The International Journal
of Not-for-Profit Law
Volume 9, Issue 1, December 2006
United States Department of State
On December 14, 2006, U.S. Secretary of State Condoleezza Rice announced ten Guiding Principles on Non-Governmental Organizations (NGOs), the full text of which is reprinted below. “We were pleased to be asked to participate in this initiative and to engage with human rights partners,” said Douglas Rutzen, President of ICNL. “The key question is how these principles will be implemented, and we look forward to a discussion with civil society and government representatives on how to translate them into concrete and appropriate action.”
Recognizing that non-governmental organizations (NGOs) are essential to the development and success of free societies and that they play a vital role in ensuring accountable, democratic government,
And recalling the right to freedom of expression, peaceful assembly and association enshrined in the U.N. Universal Declaration of Human Rights, the International Covenant on Civil and Political Rights and the U.N. Declaration on Human Rights Defenders,
We hereby pledge our commitment to the following principles and our determination to work for their full implementation throughout the world:
1. Individuals should be permitted to form, join and participate in NGOs of their choosing in the exercise of the rights to freedom of expression, peaceful assembly and association.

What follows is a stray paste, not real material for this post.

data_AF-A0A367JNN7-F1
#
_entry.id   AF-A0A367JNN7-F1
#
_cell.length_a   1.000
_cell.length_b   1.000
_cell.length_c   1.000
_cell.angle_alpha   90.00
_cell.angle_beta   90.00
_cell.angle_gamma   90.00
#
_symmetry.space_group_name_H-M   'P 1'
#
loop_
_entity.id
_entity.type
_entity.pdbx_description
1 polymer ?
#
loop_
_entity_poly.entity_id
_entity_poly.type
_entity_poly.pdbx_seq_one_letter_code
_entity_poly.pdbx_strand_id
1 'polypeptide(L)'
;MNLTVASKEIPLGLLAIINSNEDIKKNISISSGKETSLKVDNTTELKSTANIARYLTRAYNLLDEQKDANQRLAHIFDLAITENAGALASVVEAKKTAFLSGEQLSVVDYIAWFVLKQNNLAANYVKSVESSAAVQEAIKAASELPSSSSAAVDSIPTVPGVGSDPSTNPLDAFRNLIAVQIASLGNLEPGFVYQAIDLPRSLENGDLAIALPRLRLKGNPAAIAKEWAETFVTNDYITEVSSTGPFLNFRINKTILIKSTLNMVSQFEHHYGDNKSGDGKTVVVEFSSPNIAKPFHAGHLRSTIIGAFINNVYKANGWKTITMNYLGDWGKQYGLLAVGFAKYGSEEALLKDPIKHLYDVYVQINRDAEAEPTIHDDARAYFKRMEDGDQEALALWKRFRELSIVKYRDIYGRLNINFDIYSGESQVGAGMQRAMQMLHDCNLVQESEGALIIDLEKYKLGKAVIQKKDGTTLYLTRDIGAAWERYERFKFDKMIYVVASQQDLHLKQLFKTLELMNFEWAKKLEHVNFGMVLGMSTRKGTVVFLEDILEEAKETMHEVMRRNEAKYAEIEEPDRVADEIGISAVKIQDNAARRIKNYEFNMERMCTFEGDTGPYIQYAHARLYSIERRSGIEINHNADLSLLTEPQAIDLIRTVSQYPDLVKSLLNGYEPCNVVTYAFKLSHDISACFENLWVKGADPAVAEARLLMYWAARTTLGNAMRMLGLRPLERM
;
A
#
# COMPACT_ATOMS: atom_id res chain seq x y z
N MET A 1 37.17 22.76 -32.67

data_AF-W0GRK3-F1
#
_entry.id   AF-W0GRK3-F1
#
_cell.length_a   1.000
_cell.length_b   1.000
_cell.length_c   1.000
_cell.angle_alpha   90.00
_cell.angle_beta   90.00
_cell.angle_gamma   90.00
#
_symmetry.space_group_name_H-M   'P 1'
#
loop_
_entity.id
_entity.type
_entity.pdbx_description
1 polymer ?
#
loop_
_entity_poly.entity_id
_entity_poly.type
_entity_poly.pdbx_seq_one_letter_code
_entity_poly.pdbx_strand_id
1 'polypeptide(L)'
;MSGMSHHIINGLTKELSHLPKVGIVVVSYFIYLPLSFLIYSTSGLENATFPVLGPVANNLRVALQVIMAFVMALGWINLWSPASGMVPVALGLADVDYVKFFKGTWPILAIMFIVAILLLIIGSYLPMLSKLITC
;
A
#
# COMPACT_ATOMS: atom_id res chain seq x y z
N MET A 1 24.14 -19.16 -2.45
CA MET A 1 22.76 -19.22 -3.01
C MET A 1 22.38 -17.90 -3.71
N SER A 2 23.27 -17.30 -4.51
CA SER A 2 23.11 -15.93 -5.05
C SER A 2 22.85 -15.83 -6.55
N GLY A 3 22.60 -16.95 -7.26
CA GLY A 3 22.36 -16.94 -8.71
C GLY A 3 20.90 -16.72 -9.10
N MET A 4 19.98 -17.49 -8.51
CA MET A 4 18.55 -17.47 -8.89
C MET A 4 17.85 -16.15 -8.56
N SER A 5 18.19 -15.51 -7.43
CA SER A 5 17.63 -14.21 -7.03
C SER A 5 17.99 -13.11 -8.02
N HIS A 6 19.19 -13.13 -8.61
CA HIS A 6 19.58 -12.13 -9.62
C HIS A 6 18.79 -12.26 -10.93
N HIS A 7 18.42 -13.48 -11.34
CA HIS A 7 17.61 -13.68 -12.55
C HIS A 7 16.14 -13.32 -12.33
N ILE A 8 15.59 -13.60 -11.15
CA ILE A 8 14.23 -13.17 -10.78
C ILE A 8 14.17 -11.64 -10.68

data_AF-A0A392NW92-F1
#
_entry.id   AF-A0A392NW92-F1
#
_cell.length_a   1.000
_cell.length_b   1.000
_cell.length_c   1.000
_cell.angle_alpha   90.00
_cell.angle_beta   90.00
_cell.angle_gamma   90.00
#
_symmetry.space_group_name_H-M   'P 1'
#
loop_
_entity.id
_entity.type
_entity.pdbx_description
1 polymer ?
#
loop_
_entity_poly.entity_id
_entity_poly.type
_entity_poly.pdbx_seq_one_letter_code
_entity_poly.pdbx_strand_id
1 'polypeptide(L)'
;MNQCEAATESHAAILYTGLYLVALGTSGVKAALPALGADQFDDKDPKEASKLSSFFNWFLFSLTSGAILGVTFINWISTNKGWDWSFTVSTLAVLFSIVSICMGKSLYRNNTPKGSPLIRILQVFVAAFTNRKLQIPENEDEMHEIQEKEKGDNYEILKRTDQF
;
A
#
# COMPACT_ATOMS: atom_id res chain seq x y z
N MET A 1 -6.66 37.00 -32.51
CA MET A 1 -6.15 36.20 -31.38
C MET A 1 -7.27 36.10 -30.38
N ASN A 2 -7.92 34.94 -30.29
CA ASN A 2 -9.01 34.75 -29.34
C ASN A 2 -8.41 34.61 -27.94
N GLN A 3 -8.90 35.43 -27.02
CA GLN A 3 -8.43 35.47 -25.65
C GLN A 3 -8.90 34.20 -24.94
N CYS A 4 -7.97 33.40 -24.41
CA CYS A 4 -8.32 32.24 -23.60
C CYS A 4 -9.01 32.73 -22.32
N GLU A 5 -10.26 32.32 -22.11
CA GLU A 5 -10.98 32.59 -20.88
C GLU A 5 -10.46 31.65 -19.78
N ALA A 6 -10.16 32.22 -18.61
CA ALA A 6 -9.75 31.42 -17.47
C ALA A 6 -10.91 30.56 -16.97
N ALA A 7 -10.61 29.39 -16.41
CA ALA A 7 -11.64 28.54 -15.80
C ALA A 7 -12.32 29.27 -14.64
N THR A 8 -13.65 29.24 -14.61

2. Any restrictions which may be placed on the exercise by members of NGOs of the rights to freedom of expression, peaceful assembly and association must be consistent with international legal obligations.
3. NGOs should be permitted to carry out their peaceful work in a hospitable environment free from fear of harassment, reprisal, intimidation and discrimination.
4. Acknowledging governments’ authority to regulate entities within their territory to promote welfare, such laws and administrative measures should protect – not impede – the peaceful operation of NGOs and be enforced in an apolitical, fair, transparent and consistent manner.
5. Criminal and civil legal actions brought by governments against NGOs, like those brought against all individuals and organizations, should be based on tenets of due process and equality before the law.
6. NGOs should be permitted to seek, receive, manage and administer for their peaceful activities financial support from domestic, foreign and international entities.
7. NGOs should be free to seek, receive and impart information and ideas, including advocating their opinions to governments and the public within and outside the countries in which they are based.
8. Governments should not interfere with NGOs’ access to domestic- and foreign-based media.
9. NGOs should be free to maintain contact and cooperate with their own members and other elements of civil society within and outside the countries in which they are based, as well as with governments and international bodies.
10. Whenever the aforementioned NGO principles are violated, it is imperative that democratic nations act in their defense.
* As used here, the term NGOs includes independent public policy advocacy organizations, non-profit organizations that defend human rights and promote democracy, humanitarian organizations, private foundations and funds, charitable trusts, societies, associations and non-profit corporations. It does not include political parties.